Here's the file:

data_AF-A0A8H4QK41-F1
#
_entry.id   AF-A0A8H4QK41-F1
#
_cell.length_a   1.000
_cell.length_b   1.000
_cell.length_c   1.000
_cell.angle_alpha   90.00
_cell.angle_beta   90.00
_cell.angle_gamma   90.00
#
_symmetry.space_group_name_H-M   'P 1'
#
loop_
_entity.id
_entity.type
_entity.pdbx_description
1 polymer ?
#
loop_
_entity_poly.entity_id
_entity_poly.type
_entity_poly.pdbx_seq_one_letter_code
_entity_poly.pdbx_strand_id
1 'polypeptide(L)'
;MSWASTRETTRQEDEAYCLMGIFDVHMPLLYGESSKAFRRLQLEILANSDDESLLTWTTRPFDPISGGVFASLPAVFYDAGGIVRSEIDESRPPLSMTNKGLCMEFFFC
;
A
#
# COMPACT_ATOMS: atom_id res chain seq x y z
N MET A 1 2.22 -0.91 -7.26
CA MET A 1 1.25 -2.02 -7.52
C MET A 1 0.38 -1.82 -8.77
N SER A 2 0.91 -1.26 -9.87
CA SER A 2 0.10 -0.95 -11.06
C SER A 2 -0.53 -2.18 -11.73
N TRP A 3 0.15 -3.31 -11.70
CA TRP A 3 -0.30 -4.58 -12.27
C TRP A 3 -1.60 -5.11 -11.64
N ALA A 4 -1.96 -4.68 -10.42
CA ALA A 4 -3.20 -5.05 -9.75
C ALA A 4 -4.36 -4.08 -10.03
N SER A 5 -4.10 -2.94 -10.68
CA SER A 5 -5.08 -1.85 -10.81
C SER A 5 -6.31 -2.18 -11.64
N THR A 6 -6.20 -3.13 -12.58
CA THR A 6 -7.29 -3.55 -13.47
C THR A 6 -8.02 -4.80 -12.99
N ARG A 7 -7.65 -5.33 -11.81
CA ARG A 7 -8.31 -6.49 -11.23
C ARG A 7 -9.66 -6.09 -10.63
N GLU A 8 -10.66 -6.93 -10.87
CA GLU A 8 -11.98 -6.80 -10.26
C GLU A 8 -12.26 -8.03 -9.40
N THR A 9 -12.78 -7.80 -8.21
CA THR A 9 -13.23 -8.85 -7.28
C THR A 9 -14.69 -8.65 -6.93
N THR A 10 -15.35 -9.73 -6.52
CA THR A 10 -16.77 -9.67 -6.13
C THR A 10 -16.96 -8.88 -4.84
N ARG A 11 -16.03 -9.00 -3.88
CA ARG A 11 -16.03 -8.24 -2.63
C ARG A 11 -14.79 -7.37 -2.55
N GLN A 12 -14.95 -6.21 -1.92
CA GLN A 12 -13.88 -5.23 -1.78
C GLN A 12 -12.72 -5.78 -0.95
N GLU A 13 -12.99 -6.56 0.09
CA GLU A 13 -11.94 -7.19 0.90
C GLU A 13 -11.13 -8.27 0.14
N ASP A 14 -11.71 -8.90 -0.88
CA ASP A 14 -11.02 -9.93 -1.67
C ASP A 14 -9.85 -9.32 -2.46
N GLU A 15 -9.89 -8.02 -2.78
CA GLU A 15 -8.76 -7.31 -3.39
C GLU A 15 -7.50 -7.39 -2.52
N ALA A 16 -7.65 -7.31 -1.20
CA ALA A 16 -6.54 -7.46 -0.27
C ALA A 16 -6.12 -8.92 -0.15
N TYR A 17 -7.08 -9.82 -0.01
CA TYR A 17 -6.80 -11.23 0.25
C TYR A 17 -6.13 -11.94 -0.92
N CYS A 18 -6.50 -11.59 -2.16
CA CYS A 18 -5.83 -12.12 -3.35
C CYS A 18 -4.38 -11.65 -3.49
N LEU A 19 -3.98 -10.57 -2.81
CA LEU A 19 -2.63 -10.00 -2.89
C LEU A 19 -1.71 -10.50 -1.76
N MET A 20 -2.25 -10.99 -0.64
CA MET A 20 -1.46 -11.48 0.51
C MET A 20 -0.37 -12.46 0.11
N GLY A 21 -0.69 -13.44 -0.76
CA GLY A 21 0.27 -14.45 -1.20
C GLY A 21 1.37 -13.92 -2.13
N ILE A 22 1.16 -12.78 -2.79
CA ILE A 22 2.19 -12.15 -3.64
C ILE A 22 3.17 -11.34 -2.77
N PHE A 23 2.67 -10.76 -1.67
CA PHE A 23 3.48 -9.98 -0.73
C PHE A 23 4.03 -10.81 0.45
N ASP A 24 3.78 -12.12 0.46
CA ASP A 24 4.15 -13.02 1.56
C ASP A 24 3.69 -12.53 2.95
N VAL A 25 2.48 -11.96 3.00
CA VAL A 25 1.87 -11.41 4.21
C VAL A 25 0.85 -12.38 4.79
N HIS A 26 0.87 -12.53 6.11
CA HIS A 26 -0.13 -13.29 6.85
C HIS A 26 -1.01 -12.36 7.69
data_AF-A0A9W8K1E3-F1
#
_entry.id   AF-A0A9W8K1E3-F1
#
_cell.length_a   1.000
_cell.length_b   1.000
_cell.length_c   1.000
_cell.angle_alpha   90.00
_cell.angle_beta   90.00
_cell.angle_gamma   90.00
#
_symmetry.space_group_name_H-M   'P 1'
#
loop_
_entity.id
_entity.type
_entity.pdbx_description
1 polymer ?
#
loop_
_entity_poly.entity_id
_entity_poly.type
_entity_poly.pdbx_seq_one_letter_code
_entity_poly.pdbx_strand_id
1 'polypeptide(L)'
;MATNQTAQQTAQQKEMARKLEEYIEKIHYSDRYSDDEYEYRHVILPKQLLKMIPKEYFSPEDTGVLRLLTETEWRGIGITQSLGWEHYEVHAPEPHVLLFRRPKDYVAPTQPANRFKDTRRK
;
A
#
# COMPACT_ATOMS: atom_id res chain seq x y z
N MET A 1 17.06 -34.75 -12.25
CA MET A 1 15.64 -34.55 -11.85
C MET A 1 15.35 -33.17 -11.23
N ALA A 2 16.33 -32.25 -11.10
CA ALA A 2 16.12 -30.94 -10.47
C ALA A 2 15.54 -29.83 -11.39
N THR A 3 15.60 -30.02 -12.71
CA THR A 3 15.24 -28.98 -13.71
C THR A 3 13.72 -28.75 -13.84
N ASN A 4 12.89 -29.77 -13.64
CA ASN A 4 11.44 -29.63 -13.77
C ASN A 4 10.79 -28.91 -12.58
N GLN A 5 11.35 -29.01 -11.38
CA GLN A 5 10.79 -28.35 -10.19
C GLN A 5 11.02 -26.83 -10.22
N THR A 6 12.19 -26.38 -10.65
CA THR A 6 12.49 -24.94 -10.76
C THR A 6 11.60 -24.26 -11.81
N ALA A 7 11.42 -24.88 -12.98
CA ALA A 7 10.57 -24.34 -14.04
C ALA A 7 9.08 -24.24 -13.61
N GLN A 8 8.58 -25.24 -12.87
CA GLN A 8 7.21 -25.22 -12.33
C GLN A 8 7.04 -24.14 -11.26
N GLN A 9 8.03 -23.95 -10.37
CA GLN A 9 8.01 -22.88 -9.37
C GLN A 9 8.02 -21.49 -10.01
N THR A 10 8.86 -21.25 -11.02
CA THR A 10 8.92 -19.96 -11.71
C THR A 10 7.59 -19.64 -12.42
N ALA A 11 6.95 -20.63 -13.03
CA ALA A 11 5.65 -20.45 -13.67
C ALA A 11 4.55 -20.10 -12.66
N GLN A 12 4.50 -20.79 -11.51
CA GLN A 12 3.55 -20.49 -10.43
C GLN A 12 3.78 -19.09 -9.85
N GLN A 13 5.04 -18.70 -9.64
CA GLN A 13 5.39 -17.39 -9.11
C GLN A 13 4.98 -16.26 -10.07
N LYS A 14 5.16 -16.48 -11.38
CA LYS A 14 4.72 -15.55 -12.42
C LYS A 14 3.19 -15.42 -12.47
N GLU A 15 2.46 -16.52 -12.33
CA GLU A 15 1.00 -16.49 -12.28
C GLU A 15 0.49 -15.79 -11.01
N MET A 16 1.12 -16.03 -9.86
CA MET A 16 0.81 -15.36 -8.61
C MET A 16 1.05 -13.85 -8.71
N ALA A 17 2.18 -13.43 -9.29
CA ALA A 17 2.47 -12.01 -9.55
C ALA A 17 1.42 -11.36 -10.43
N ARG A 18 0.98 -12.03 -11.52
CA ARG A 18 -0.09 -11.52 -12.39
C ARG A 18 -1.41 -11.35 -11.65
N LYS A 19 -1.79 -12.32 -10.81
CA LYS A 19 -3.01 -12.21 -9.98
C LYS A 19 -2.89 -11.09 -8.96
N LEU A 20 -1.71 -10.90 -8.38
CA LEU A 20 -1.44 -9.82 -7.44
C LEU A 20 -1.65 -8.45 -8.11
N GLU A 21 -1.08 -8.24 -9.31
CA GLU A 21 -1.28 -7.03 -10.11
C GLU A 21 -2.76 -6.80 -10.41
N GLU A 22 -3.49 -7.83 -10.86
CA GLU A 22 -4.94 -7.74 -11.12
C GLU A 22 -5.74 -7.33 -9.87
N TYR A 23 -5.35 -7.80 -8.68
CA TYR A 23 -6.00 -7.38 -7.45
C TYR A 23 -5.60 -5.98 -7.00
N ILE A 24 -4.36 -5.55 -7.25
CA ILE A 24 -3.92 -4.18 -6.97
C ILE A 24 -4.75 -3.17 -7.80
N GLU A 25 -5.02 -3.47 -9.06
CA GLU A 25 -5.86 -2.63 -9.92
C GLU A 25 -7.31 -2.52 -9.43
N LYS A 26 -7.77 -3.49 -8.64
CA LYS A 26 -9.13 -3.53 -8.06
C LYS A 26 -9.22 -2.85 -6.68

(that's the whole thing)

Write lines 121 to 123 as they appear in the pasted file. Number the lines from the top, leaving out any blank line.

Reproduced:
#
loop_
_entity.id